-Clerics: both their role and their class name. They don’t really describe much in legend and fantasy literature, and perhaps for that reason, they never really seized me in the way that the other classes did.
-The spell system. It’s intrinsic to the coolness of D&D that it has a spell system, but the original system – Vancian spellcasting, 1-9 levels – could be changed. The 4th edition replacement is probably better, but I still don’t think it’s a bullseye. I’d be excited by the prospect of a well-done reworking.
-Also: “Magic Missile” and “Cure Light Wounds” are really clunky names, and I’m aware that my love for them is pure nostalgia. If you were paring D&D down to its legitimately-cool elements, these spell names would go.
-The peculiar stuff you could buy in Basic D&D and 1e D&D. 10′ pole. Wolfsbane. Holy water. Flasks of oil. A hawk. A mule. A piece of chalk. Iron rations. A steel mirror.

7 Responses to “The Essential D&D”

  1. Rory says:

    Interestingly, I loved halflings when I first got into D&D (2nd edition). The halflings in that looked just like the ones from the hobbit, which I thought was great, and I loved the idea of being a halfling rogue and basically acting like some combination of Bilbo and Garrett from the Thief computer game (though the Garrett thing came later).

    I also really liked half elves, and for some reason I thought bards were awesome. I still do, actually (thank god they aren’t incompetent buffoons anymore!).

    I really liked the goofy spell names, and I think that love has carried over into the goofy power names. I love screaming out “Piercing Strike” when I attack. I think those touches go a long way towards establishing d&d as a fun mix of epic fantasy and silly goofiness that shouldn’t be taken too seriously. How can a wizard feel TOO badass when screaming “MAGIC MISSILE” and shooting a bolt of energy from his finger? So not essential but pretty great.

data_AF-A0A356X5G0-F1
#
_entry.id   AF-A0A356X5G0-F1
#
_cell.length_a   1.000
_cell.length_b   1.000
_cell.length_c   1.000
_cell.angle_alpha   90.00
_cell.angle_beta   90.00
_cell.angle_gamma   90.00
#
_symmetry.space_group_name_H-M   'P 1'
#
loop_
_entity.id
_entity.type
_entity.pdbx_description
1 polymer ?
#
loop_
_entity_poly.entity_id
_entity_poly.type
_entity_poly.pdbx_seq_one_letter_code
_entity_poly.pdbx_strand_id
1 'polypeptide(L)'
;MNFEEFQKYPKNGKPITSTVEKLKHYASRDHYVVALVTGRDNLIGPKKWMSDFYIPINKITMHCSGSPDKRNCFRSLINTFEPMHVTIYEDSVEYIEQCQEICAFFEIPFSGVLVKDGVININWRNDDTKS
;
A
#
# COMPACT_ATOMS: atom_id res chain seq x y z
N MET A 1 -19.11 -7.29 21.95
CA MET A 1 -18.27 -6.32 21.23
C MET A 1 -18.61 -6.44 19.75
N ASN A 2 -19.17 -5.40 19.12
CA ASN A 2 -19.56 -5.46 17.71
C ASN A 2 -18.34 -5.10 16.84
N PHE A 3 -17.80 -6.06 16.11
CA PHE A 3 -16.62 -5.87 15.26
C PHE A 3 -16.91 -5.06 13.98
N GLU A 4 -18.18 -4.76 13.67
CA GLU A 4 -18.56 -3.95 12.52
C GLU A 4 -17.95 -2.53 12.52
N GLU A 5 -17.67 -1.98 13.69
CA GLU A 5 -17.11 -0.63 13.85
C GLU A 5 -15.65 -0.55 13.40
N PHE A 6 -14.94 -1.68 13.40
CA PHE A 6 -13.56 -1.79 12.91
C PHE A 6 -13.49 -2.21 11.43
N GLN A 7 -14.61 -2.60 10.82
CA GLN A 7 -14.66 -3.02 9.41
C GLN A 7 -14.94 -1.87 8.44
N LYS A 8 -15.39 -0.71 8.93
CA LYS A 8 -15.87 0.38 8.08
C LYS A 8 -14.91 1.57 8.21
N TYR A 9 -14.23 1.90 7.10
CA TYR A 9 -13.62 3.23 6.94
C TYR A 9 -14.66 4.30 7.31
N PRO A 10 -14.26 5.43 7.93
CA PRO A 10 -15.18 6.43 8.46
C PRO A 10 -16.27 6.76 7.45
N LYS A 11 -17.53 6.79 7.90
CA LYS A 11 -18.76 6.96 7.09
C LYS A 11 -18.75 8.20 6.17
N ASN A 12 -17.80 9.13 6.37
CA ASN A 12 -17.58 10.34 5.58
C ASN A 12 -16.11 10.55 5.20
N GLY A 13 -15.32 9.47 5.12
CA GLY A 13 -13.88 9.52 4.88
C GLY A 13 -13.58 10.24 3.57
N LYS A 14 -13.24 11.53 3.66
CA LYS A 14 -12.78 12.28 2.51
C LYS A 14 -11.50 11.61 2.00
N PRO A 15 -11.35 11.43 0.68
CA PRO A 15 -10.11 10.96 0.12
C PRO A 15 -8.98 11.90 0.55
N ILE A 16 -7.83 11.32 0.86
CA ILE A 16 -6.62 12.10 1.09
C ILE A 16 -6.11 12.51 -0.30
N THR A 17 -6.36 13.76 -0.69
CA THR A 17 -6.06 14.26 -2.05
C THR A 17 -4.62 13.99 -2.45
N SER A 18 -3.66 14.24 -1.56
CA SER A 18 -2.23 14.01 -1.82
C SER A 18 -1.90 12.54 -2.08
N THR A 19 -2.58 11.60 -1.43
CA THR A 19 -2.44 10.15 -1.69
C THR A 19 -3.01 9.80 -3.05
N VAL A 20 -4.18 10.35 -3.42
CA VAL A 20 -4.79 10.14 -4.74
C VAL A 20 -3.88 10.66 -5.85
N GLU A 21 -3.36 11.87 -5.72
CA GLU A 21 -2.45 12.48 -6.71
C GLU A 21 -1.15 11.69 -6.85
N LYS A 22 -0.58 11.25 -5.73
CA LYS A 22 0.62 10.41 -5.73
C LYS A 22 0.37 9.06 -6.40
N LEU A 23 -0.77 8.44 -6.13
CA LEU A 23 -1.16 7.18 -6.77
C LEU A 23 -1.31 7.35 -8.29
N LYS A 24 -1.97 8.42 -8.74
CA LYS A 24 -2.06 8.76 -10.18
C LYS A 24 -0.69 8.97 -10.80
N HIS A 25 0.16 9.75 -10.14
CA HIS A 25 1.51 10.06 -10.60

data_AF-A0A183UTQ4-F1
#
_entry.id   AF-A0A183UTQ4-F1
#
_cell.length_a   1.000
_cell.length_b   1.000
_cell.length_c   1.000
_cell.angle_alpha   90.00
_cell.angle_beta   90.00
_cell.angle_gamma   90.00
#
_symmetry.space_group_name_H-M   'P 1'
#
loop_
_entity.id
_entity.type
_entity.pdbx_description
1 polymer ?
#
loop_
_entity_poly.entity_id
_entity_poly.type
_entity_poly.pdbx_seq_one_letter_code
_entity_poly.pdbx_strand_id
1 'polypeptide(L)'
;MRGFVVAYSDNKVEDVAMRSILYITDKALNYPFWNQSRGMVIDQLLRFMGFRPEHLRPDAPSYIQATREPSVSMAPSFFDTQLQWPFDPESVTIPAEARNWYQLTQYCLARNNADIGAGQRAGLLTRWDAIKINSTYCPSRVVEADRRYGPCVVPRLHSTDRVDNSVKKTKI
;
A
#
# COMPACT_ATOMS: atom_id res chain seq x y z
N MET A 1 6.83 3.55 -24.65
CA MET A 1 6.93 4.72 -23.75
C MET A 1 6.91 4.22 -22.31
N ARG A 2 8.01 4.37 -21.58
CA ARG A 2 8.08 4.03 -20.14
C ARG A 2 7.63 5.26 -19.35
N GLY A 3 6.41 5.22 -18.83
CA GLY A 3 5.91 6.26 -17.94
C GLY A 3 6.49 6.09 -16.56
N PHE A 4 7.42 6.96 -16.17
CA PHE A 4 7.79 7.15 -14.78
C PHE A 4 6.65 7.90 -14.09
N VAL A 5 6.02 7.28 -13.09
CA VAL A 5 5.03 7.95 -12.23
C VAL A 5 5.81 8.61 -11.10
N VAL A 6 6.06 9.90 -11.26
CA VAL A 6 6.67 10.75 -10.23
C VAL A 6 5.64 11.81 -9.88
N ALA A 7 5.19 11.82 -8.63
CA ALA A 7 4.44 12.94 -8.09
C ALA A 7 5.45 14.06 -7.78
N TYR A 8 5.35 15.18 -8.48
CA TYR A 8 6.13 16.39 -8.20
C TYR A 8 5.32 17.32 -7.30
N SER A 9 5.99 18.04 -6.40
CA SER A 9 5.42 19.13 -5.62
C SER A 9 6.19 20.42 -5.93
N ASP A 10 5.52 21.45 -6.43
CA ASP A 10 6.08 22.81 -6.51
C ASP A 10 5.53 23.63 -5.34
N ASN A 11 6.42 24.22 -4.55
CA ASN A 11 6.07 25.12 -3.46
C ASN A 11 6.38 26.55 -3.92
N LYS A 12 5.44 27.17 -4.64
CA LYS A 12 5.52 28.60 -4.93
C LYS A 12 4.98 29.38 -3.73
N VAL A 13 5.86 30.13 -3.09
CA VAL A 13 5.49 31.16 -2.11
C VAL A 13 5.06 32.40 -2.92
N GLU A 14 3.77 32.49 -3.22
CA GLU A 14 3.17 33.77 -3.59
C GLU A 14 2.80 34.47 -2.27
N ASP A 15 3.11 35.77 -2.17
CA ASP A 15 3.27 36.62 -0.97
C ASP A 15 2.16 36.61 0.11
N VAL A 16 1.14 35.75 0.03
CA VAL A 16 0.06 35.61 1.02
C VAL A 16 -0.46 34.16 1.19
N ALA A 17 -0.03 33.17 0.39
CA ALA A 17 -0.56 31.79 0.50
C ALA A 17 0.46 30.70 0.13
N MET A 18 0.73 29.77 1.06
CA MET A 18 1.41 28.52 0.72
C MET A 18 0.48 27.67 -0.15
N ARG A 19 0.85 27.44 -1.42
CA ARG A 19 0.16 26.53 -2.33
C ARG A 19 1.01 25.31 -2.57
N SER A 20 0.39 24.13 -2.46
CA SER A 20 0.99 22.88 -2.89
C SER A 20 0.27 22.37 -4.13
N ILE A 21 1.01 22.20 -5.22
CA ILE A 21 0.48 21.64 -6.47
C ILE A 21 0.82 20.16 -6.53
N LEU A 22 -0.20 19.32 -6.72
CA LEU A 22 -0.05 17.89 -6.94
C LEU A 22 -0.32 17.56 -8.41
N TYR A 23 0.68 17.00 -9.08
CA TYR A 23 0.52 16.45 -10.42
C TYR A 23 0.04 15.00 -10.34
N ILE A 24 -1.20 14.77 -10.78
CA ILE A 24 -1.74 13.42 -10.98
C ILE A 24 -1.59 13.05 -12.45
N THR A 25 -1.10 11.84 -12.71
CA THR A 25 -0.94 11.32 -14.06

Dragons… I just wish they could show up more! It’s a little weird because dragons are actually kind of weird villains. Like, they seem mainly interested in gold and gems and stuff. It’s hard for me to build a campaign around them, though I suppose it shouldn’t be that much more difficult than any other monster. I guess I’m just less likely to ascribe to them petty human motivations, and I imagine them generally content to sit around their lair carrying out the occasional raid and that sort of thing.

  2. Sayuri says:

    Yeah, it’s unfortunate that Small creatures basically have no or negligible advantages over Medium-sized creatures. With the way their physical damage gets nerfed there is no reason to play a Small creature except for flavor reasons, as Medium-sized creatures can basically do all they can and more.

    I still like gnomes, though.

  3. Rory Madden says:

    Small creatures seem fine in 4th ed if you don’t have a character that uses 2 handed weapons or versatile weapons. So most classes halfings and gnomes are geared towards already do fine despite being small. Before the fairly recent errata gnome was the wizard and bard of choice (because of some broken feats!), for example! And halflings are probably the second best charisma rogue (second only to drow, who have some nice CA granting powers and a nice feat).

  4. Rory Madden says:

    Also, welcome to The Blog of Holding!

  5. Paul says:

    I do think a halfling paladin is pretty awesome flavor-wise.

  6. Rory Madden says:

    I’m not sure if there are any classes that use charisma and dex besides the rogue, but a halfling would do okay with those since they could wield a scimitar which does very well with that cool scimitar feat that does dex damage when you miss with an attack!

  7. […] to look at a stripped-down D&D ruleset, especially in light of my earlier thoughts about what I thought was essential to D&D at age 8. D&D gets overcomplicated sometimes. It might be valuable to strip out a bunch of rules and see […]